Once the sun dipped behind the mountains, we went hunting for some interesting trees to shoot while the light was still good. The light was fading pretty fast and once we spotted an area, I pulled off the road, grabbed my gear, and high tailed it a good 1/2 mile out to some pretty unique looking trees. I managed to grab a few shots before the color was gone. We headed back to camp and hit the sack. The sun was pretty viscous and it took the energy out if us.

The next day we decided to visit the Hall of Terrors trail. We had seen it the day before and it sounded pretty awesome. Well it wasn't. It was basically just a trail for the rock climbers and Hall of Terrors was the name of the route. We were kind of let down as we were expecting some kind of awesome slot canyon type trail. We then took a trip to Barker Dam, half expecting to see it filled with some water. We made it to the Dam and found it completely void of any water. It was crazy to see the water line which was maybe 6 or 7 feet in some spots and now only filled with dirt and sand.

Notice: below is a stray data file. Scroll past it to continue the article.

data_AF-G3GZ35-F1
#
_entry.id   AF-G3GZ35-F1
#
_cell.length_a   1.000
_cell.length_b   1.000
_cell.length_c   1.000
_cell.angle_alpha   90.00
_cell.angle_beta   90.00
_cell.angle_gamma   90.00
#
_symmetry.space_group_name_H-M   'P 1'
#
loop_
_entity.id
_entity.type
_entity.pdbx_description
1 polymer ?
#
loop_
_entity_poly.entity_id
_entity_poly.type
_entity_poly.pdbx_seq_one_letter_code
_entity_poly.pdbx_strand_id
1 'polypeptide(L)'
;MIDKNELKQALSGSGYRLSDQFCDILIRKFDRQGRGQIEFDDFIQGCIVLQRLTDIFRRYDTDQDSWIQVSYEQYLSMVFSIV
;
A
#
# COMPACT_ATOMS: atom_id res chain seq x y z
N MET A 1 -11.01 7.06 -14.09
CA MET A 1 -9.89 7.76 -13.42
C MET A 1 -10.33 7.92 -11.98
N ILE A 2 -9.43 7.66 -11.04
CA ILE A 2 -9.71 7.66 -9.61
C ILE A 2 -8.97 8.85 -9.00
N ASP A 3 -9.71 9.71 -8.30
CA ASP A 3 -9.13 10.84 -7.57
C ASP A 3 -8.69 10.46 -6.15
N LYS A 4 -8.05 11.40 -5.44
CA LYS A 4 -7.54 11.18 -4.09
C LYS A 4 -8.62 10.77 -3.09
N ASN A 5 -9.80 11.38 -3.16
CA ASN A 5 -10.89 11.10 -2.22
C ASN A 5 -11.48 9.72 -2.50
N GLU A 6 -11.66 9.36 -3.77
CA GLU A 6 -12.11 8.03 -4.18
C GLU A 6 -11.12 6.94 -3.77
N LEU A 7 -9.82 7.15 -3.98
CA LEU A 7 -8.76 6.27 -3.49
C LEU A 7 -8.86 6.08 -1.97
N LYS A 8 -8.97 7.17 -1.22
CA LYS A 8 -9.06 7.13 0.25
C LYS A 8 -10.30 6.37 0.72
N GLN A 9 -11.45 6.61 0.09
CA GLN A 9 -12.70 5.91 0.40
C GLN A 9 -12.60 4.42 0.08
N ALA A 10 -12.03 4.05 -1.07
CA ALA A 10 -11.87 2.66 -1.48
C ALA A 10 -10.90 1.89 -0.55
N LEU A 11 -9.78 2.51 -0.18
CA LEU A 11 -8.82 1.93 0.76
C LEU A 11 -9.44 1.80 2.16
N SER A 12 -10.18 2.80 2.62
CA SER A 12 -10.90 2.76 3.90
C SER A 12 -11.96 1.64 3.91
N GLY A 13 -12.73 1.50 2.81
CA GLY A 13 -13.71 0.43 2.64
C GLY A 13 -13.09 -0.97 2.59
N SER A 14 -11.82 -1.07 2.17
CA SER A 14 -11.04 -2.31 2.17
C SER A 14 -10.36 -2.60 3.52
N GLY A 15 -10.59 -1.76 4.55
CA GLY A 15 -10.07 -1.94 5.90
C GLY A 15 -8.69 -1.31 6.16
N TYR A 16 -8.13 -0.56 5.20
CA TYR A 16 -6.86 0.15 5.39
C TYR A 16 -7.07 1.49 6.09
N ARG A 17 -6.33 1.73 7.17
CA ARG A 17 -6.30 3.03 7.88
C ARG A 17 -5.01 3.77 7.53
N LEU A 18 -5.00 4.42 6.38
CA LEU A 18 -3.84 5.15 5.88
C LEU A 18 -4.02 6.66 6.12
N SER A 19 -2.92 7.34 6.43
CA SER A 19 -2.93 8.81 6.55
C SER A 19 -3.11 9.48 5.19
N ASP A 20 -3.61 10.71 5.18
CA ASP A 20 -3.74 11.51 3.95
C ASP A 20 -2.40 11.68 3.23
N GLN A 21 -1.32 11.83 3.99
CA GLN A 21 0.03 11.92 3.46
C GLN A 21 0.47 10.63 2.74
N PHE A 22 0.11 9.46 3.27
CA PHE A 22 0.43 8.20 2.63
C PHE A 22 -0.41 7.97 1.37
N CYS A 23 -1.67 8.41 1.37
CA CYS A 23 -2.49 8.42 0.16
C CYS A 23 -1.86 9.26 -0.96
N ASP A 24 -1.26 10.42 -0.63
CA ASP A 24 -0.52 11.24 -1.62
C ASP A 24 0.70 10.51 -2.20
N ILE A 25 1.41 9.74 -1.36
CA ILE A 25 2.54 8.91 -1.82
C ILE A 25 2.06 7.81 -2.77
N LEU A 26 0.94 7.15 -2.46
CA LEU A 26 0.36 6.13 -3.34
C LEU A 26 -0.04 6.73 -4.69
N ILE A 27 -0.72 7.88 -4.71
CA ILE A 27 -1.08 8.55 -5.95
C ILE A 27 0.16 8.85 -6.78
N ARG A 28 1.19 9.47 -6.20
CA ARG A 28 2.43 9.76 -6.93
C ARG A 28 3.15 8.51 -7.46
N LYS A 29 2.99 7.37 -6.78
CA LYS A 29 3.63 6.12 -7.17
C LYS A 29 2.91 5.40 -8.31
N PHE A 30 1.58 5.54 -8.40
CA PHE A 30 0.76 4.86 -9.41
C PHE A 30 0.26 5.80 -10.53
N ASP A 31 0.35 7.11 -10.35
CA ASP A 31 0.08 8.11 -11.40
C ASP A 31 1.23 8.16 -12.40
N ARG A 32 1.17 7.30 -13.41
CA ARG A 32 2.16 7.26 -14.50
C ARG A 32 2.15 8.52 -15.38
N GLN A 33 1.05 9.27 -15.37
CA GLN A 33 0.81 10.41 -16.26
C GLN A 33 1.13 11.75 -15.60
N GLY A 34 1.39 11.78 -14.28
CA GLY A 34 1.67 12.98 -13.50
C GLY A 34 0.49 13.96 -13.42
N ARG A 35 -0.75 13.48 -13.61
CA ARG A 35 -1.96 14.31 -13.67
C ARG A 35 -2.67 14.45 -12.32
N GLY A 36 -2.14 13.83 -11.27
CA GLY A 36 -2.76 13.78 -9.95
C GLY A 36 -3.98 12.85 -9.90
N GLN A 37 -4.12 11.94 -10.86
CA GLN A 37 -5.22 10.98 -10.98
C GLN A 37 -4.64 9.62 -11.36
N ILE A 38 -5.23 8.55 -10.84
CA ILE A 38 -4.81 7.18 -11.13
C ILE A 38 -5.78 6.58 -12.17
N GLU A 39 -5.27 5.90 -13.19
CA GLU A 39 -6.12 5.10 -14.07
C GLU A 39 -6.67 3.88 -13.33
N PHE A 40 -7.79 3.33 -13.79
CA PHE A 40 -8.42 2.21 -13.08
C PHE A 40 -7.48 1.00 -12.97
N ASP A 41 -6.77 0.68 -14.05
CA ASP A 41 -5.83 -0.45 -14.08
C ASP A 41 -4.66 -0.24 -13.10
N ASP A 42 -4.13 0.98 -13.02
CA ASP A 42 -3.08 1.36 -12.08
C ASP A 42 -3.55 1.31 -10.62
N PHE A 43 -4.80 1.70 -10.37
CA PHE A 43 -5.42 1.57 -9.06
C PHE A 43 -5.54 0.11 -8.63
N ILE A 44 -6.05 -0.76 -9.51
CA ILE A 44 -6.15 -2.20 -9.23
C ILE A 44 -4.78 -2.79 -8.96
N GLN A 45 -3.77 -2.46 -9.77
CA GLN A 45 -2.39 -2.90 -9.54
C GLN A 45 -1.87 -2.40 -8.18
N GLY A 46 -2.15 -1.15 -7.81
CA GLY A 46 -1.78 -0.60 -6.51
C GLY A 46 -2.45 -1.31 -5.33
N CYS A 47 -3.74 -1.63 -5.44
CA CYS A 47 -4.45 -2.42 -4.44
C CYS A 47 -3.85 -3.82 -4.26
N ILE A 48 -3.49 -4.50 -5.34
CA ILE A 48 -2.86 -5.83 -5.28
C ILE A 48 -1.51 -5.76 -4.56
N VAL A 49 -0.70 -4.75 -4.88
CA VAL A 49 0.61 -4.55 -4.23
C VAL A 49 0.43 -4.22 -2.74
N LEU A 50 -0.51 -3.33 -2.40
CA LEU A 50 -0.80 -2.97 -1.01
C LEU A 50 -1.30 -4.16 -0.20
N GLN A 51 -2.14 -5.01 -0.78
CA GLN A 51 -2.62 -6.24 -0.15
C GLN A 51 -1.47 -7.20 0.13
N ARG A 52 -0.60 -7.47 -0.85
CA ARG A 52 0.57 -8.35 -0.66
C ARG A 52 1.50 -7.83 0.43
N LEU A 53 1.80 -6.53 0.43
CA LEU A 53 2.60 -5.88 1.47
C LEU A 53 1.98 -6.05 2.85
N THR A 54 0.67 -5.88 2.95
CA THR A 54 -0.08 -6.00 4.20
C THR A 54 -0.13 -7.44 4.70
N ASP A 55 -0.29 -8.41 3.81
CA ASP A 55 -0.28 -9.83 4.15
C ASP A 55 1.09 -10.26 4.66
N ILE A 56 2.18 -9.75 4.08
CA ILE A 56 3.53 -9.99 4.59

Once we had our fill of Joshua Trees we headed to a KOA in Needles, CA. We went and had new tires put on the trailer since we were getting close to 12,000 miles on the original tires.  We figured we should play it safe and have them replaced rather then getting a flat in the middle of nowhere. We took much needed showers and did our laundry which was overflowing out of the bag by this point. We were all geared up and readied ourselves to head to Death Valley in the morning. Expect the next blog update in a few days, which will cover Death Valley and Valley of Fires.